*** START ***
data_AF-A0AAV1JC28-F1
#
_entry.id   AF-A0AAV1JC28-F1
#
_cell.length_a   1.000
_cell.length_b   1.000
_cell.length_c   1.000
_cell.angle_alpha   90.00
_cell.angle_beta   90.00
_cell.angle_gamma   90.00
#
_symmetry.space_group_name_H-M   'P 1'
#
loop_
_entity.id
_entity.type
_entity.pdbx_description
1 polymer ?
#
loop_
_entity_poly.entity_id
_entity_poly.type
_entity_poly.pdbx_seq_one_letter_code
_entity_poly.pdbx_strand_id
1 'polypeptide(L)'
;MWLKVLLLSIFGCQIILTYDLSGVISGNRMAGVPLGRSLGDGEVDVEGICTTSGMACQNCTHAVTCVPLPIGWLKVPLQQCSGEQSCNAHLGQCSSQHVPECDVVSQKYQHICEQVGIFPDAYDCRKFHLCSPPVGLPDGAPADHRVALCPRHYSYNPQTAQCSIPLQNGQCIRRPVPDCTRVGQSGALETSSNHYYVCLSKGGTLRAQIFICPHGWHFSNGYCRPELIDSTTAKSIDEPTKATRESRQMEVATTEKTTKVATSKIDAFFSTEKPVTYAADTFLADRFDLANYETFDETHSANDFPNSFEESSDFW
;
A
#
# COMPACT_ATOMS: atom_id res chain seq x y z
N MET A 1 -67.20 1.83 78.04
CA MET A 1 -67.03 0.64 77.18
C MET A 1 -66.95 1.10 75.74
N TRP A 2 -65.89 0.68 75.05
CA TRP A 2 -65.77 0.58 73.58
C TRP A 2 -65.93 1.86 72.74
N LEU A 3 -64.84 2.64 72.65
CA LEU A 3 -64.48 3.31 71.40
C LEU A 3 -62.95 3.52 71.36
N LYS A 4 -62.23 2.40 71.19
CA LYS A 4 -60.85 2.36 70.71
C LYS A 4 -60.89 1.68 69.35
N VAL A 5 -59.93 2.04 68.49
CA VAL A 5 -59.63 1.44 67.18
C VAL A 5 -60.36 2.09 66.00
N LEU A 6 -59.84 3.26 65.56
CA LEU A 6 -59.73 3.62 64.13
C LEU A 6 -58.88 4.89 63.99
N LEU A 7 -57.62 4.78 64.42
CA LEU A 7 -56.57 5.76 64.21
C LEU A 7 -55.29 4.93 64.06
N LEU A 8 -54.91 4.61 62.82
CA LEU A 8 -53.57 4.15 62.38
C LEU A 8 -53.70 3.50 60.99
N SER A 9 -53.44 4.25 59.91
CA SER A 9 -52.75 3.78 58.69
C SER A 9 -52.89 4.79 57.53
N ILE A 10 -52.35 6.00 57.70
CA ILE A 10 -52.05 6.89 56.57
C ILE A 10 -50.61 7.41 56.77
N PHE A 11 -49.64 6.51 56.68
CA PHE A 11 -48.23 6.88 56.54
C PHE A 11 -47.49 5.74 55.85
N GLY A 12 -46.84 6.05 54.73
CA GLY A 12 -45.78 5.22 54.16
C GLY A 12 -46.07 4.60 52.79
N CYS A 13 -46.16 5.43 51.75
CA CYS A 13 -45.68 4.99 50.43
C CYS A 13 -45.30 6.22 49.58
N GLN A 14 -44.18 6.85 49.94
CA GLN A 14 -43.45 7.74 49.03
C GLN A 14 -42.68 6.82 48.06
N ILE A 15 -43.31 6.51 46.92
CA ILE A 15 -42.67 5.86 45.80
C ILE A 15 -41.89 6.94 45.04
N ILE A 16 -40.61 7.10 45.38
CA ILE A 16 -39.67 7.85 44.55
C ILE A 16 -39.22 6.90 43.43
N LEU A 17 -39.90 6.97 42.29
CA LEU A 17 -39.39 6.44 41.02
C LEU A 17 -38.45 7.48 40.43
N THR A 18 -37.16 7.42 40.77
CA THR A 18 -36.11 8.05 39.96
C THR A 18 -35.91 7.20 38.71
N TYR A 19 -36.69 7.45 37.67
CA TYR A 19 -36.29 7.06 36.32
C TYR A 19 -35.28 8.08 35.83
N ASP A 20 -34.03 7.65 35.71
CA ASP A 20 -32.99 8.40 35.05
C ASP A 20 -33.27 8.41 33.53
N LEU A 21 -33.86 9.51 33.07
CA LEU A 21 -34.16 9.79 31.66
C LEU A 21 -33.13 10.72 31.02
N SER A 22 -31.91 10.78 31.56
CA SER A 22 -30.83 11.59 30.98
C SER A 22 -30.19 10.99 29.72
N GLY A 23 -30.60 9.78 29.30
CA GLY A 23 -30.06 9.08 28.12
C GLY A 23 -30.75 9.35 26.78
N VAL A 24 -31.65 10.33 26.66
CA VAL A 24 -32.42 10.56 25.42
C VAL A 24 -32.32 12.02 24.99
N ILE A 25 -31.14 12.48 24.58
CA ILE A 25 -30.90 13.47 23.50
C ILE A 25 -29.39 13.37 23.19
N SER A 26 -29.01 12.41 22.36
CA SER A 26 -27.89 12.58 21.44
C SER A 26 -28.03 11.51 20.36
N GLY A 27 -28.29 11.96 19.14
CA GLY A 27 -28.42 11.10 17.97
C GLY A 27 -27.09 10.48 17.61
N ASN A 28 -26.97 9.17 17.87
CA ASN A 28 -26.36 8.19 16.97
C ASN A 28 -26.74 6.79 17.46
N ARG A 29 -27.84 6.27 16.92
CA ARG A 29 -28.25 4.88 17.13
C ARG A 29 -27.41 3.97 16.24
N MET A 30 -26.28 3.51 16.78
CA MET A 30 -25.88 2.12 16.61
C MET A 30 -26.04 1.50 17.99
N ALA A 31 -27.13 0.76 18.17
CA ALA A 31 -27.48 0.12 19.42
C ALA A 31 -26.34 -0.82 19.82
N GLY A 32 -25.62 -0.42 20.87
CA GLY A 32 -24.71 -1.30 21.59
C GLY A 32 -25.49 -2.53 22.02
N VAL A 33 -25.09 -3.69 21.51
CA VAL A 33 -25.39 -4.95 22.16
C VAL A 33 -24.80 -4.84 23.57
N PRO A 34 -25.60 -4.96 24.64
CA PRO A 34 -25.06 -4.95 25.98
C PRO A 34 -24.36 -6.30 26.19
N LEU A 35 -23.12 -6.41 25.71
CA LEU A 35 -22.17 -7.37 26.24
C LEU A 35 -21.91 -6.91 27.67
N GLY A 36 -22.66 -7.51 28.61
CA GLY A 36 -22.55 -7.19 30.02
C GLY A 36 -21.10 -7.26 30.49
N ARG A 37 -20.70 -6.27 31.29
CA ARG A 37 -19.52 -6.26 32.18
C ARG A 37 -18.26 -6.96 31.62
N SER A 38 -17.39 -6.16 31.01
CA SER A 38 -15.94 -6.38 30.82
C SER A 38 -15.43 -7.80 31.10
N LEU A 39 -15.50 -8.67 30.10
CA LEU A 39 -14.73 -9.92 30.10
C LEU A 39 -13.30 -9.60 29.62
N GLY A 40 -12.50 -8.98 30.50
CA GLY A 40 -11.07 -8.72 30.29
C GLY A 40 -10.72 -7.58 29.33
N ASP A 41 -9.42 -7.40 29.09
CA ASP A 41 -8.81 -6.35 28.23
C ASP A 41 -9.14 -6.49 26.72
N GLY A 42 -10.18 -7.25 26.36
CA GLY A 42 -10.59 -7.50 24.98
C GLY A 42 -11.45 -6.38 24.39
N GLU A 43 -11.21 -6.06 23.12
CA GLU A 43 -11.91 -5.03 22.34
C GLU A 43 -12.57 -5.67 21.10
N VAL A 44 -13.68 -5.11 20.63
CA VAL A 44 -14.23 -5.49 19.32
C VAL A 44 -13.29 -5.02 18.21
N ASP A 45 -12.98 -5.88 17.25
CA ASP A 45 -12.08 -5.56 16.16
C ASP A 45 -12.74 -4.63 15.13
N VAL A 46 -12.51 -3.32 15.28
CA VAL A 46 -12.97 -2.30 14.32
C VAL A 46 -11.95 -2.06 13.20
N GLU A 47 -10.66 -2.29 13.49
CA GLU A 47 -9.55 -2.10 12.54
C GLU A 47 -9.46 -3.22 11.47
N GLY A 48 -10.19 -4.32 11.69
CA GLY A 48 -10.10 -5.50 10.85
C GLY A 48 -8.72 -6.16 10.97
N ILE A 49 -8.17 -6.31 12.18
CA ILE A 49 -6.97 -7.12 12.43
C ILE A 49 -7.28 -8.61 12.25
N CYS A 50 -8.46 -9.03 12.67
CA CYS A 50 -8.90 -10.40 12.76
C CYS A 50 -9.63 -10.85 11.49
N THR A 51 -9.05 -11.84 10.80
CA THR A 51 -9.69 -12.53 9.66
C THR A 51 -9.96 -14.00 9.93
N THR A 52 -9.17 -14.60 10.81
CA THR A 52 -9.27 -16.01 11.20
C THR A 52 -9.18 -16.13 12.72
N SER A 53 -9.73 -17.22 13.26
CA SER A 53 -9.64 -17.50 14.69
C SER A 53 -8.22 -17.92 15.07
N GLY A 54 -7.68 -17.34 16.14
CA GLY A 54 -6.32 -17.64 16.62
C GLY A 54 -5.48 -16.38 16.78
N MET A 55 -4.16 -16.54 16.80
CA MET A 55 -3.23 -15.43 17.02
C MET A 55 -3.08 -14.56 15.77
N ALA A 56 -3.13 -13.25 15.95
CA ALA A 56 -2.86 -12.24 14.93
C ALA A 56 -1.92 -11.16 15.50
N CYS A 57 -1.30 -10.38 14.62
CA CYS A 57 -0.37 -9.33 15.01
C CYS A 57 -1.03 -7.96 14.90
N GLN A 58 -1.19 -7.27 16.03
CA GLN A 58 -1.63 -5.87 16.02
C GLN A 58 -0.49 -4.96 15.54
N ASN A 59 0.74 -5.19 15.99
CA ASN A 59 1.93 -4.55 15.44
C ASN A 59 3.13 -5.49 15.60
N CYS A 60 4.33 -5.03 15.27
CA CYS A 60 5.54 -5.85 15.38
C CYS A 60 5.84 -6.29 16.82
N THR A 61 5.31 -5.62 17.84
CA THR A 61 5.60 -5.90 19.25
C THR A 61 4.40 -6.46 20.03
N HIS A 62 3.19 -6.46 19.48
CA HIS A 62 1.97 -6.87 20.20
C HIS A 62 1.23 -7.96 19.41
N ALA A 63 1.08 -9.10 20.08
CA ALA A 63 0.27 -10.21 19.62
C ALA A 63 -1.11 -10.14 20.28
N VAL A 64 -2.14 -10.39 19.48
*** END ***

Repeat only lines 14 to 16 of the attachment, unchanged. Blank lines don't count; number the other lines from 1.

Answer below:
loop_
_entity.id
_entity.type